George W. Bush

Final Radio Address

delivered 17 January 2009

Audio mp3 of Address

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[AUTHENTICITY CERTIFIED: Text version below transcribed directly from audio]

Good morning. For the last eight years, I have had the honor of speaking to the American people Saturday mornings through this radio address. In hundreds of broadcasts, I have talked to you about important issues affecting our security and our prosperity. And today, in my final address, I want to send a simple and heartfelt message: Thank you.

Eight years ago, Laura and I left our home in Texas to come to Washington. Through two terms in the White House, we have been blessed by your kind words and generous prayers. We have been inspired by those of you who reach out to feed the hungry, clothe the needy, and care for the sick. We have been moved by the courage and devotion of those of you who wear the uniform. Serving as your President has been an incredible honor.

Like every individual who has held this office before me, I have experienced setbacks. There are things I would do differently if given the chance. Yet I've always acted with the best interests of our country in mind. I have followed my conscience and done what I thought was right. You may not agree with some tough decisions I have made. But I hope you can agree that I was willing to make the tough decisions.

The decades ahead will bring more hard choices for our country, and there are some guiding principles that should shape our course. While our Nation is safer than it was seven years ago, the gravest threat to our people remains another terrorist attack. Our enemies are patient, and determined to strike again. America did nothing to seek or deserve this conflict. But we have been given solemn responsibilities, and we must meet them. We must resist complacency. We must keep our resolve. And we must never let down our guard.

At the same time, we must continue to engage the world with confidence and clear purpose. In the face of threats from abroad, it can be tempting to seek comfort by turning inward. But we must reject isolationism and its companion, protectionism. Retreating behind our borders would only invite danger. In the 21st century, security and prosperity at home depend on the expansion of liberty abroad. If America does not lead the cause of freedom, that cause will not be led.

As we address these challenges -- and others we cannot foresee today -- America must maintain our moral clarity. I've often spoken to you about good and evil. This has made some uncomfortable. But good and evil are present in this world, and between the two there can be no compromise. Murdering the innocent to advance an ideology is wrong every time, everywhere. Freeing people from oppression and despair is eternally right. This nation must continue to speak out for justice and truth. We must always be willing to act in their defense -- and to advance the cause of peace.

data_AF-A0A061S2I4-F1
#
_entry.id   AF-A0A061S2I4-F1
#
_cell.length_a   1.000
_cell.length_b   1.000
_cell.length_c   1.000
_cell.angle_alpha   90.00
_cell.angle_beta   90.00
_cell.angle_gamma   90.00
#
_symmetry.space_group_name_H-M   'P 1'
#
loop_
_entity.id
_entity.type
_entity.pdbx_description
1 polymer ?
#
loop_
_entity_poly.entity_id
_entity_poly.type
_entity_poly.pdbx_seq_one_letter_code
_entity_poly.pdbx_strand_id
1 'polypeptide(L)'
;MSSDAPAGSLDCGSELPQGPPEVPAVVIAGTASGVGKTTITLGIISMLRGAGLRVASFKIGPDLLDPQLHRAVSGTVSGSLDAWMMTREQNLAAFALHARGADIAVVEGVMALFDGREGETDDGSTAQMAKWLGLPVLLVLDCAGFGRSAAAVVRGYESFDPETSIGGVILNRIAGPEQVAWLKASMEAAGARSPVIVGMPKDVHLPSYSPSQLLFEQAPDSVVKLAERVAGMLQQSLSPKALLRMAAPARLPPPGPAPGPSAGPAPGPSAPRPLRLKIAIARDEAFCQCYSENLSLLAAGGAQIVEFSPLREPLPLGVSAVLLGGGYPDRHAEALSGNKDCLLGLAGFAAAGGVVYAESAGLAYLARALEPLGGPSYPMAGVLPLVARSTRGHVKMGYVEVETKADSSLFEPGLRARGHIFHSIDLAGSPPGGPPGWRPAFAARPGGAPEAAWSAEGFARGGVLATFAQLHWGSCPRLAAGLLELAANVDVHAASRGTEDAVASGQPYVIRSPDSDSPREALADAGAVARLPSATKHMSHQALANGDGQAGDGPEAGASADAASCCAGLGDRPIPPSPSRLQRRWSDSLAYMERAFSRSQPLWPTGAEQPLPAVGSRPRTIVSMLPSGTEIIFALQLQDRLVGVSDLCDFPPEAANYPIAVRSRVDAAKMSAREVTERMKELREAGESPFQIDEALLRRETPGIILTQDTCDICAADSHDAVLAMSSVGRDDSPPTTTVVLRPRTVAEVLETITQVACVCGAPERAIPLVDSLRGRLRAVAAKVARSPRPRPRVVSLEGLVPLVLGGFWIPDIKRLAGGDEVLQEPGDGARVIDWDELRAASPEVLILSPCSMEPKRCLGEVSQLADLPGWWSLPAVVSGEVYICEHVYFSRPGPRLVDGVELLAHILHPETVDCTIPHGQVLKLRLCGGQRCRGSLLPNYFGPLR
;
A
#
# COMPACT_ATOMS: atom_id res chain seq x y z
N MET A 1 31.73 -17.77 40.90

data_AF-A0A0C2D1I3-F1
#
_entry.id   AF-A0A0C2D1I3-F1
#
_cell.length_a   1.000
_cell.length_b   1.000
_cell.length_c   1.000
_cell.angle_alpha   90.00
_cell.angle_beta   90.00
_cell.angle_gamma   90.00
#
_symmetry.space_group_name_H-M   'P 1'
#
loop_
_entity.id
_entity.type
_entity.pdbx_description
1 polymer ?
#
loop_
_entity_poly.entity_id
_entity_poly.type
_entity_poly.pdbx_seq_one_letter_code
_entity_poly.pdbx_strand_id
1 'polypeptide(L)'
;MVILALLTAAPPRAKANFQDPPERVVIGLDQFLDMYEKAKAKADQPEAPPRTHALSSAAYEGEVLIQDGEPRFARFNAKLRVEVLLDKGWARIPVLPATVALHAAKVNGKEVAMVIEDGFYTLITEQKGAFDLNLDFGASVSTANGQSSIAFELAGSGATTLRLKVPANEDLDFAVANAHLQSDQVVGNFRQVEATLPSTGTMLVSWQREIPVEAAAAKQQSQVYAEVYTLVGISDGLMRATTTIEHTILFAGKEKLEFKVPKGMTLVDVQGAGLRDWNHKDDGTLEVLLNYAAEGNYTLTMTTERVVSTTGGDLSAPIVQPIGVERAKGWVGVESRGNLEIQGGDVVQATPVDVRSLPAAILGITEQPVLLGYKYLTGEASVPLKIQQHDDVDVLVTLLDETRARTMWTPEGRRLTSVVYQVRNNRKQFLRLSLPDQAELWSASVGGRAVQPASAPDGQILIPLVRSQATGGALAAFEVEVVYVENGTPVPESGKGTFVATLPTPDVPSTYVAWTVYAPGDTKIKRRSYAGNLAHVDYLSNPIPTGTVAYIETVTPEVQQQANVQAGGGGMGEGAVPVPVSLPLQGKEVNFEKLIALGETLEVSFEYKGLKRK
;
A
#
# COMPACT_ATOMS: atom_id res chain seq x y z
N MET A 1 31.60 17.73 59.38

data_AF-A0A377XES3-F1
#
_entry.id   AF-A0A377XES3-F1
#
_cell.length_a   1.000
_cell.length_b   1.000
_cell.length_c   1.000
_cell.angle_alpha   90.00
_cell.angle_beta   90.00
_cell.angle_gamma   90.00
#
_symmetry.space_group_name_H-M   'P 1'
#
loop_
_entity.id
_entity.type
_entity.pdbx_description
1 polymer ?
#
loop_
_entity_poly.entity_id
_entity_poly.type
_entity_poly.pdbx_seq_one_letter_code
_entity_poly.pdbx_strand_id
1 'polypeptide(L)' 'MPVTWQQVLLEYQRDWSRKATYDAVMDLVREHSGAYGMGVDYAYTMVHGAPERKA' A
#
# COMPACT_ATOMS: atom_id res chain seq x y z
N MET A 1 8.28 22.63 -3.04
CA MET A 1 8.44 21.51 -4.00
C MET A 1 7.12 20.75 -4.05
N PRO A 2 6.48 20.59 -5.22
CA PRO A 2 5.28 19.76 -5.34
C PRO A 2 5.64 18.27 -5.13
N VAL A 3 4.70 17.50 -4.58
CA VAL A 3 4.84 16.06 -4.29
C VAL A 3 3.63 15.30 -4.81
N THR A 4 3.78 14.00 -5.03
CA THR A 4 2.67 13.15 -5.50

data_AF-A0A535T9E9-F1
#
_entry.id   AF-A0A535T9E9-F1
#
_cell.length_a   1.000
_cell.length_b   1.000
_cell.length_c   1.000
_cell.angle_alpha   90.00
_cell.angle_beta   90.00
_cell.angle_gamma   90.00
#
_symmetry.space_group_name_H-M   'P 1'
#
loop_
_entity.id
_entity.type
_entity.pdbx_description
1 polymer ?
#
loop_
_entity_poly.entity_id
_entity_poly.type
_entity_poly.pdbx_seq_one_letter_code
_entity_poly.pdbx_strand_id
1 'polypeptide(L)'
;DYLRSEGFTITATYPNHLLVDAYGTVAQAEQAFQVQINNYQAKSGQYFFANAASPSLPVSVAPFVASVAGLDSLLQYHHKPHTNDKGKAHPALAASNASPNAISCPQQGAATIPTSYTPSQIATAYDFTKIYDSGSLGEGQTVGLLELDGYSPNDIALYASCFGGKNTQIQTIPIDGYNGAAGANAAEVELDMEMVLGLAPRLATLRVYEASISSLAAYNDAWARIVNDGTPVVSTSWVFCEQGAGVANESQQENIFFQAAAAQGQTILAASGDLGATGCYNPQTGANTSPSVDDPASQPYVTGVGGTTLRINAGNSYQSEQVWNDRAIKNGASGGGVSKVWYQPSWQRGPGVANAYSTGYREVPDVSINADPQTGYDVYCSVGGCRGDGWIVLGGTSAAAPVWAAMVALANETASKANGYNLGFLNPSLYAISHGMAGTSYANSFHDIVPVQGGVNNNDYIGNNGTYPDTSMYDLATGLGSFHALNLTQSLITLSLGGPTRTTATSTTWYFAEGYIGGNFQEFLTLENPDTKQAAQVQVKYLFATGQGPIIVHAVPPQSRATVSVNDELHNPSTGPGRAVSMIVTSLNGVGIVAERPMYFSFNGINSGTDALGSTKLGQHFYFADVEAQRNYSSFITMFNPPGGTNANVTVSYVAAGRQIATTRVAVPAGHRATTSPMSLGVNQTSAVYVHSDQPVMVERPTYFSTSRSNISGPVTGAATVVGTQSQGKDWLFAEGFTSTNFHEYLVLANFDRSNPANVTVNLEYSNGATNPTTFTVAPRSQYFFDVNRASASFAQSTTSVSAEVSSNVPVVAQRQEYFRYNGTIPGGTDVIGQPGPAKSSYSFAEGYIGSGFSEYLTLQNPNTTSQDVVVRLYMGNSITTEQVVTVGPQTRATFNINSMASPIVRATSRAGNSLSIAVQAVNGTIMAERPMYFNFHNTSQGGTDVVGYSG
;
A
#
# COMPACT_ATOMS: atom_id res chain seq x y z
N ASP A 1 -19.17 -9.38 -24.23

Eight years ago, on a cold January morning, I stood on the steps of the United States Capitol, placed my hand on the Bible, and swore a sacred oath to defend our people and our Constitution. On that day, I spoke of "our nation's grand story of courage and its simple dream of dignity." Next week, my term of service will come to an end -- but that story and that dream will continue.

On Tuesday, Laura and I will join all Americans in offering our best wishes to President Obama, his wife Michelle, and their two beautiful girls. And later that day, we will return to the love of family and friends in Texas. I will depart office proud of my Administration's record. And I will spend the rest of my life grateful for the opportunity to have served as President of the greatest nation on Earth.

Thank you for listening.


Book/CDs by Michael E. Eidenmuller, Published by McGraw-Hill (2008)

Audio & Image Source: WhiteHouse.gov

Copyright Status: This text and audio = Property of AmericanRhetoric.com. Image = Public domain.

 

 

 

 

 

 

 

 

 

 

 

 

 

 

 

 

 

 

 

 

 

 

 

 

 

 

 

 

 

 

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American Rhetoric.
HTML transcription by Michael E. Eidenmuller.